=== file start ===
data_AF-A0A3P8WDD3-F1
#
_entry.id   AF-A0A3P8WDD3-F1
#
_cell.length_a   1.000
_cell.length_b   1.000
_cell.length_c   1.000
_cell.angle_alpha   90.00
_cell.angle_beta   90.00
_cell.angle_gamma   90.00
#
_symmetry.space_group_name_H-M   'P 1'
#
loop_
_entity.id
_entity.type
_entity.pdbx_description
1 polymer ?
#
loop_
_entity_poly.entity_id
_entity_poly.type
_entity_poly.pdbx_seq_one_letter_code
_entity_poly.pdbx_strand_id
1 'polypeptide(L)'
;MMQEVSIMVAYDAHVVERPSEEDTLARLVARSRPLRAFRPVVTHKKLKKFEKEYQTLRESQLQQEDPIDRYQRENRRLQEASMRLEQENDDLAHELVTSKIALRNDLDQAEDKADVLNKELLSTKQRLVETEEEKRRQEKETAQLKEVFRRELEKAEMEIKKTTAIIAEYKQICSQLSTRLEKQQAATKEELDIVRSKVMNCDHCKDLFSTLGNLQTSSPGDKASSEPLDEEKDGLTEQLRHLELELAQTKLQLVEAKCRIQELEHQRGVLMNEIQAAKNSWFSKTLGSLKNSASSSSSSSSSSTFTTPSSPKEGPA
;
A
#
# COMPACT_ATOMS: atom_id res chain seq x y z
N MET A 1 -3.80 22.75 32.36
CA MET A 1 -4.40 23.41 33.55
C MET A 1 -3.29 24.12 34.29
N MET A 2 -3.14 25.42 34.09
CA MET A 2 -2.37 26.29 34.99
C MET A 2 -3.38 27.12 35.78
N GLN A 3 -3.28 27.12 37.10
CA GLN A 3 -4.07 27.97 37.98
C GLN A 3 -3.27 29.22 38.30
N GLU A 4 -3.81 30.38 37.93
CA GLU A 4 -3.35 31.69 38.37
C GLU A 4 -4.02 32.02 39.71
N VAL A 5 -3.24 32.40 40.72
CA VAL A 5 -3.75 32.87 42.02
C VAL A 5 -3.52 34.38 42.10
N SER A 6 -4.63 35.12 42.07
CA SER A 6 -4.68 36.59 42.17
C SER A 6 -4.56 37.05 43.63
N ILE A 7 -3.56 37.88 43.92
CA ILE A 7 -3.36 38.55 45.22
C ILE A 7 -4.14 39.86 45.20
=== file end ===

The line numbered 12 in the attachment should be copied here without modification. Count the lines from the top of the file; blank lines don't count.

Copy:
_symmetry.space_group_name_H-M   'P 1'